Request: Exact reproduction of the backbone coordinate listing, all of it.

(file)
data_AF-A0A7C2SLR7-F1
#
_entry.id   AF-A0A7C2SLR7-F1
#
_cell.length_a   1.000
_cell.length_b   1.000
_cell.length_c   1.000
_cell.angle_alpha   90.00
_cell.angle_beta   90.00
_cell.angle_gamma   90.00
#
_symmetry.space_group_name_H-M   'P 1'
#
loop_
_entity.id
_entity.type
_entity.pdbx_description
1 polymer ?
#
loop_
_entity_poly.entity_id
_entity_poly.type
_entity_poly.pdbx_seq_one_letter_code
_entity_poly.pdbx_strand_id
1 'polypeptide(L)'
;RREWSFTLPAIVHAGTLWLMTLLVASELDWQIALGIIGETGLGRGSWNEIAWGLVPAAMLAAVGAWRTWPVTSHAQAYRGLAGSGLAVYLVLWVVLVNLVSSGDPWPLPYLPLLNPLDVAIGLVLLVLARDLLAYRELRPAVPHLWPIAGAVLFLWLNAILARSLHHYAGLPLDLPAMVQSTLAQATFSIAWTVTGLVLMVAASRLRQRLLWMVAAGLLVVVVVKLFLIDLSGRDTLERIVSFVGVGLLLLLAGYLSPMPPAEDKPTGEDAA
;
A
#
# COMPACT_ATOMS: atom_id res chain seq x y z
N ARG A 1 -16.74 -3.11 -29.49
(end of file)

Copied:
data_AF-A0A7C2SLR7-F1
#
_entry.id   AF-A0A7C2SLR7-F1
#
_cell.length_a   1.000
_cell.length_b   1.000
_cell.length_c   1.000
_cell.angle_alpha   90.00
_cell.angle_beta   90.00
_cell.angle_gamma   90.00
#
_symmetry.space_group_name_H-M   'P 1'
#
loop_
_entity.id
_entity.type
_entity.pdbx_description
1 polymer ?
#
loop_
_entity_poly.entity_id
_entity_poly.type
_entity_poly.pdbx_seq_one_letter_code
_entity_poly.pdbx_strand_id
1 'polypeptide(L)'
;RREWSFTLPAIVHAGTLWLMTLLVASELDWQIALGIIGETGLGRGSWNEIAWGLVPAAMLAAVGAWRTWPVTSHAQAYRGLAGSGLAVYLVLWVVLVNLVSSGDPWPLPYLPLLNPLDVAIGLVLLVLARDLLAYRELRPAVPHLWPIAGAVLFLWLNAILARSLHHYAGLPLDLPAMVQSTLAQATFSIAWTVTGLVLMVAASRLRQRLLWMVAAGLLVVVVVKLFLIDLSGRDTLERIVSFVGVGLLLLLAGYLSPMPPAEDKPTGEDAA
;
A
#
# COMPACT_ATOMS: atom_id res chain seq x y z
N ARG A 1 -16.74 -3.11 -29.49